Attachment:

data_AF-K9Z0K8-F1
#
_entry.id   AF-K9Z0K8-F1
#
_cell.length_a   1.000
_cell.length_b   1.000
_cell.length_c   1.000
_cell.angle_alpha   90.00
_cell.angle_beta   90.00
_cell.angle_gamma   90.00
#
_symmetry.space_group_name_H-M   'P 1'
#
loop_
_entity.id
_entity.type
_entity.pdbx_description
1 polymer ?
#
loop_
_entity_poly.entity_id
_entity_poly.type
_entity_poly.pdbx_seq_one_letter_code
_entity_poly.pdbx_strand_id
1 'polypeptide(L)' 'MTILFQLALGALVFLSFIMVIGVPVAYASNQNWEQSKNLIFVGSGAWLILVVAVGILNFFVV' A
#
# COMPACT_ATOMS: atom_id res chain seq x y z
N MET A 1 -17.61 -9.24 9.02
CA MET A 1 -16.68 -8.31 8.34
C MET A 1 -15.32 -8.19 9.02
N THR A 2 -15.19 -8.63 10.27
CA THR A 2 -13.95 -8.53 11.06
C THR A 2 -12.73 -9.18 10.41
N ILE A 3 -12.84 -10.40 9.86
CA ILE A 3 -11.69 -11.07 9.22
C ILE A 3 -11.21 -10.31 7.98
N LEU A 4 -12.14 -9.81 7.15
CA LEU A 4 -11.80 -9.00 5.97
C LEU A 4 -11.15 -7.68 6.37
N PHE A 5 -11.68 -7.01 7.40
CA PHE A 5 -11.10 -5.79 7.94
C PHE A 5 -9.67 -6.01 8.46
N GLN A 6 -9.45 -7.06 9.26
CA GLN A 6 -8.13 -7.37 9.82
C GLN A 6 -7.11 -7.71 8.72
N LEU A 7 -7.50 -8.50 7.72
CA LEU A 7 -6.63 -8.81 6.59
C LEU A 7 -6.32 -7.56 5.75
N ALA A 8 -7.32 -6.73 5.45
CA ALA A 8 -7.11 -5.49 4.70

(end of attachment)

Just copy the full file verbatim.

data_AF-K9Z0K8-F1
#
_entry.id   AF-K9Z0K8-F1
#
_cell.length_a   1.000
_cell.length_b   1.000
_cell.length_c   1.000
_cell.angle_alpha   90.00
_cell.angle_beta   90.00
_cell.angle_gamma   90.00
#
_symmetry.space_group_name_H-M   'P 1'
#
loop_
_entity.id
_entity.type
_entity.pdbx_description
1 polymer ?
#
loop_
_entity_poly.entity_id
_entity_poly.type
_entity_poly.pdbx_seq_one_letter_code
_entity_poly.pdbx_strand_id
1 'polypeptide(L)' 'MTILFQLALGALVFLSFIMVIGVPVAYASNQNWEQSKNLIFVGSGAWLILVVAVGILNFFVV' A
#
# COMPACT_ATOMS: atom_id res chain seq x y z
N MET A 1 -17.61 -9.24 9.02
CA MET A 1 -16.68 -8.31 8.34
C MET A 1 -15.32 -8.19 9.02
N THR A 2 -15.19 -8.63 10.27
CA THR A 2 -13.95 -8.53 11.06
C THR A 2 -12.73 -9.18 10.41
N ILE A 3 -12.84 -10.40 9.86
CA ILE A 3 -11.69 -11.07 9.22
C ILE A 3 -11.21 -10.31 7.98
N LEU A 4 -12.14 -9.81 7.15
CA LEU A 4 -11.80 -9.00 5.97
C LEU A 4 -11.15 -7.68 6.37
N PHE A 5 -11.68 -7.01 7.40
CA PHE A 5 -11.10 -5.79 7.94
C PHE A 5 -9.67 -6.01 8.46
N GLN A 6 -9.45 -7.06 9.26
CA GLN A 6 -8.13 -7.37 9.82
C GLN A 6 -7.11 -7.71 8.72
N LEU A 7 -7.50 -8.50 7.72
CA LEU A 7 -6.63 -8.81 6.59
C LEU A 7 -6.32 -7.56 5.75
N ALA A 8 -7.32 -6.73 5.45
CA ALA A 8 -7.11 -5.49 4.70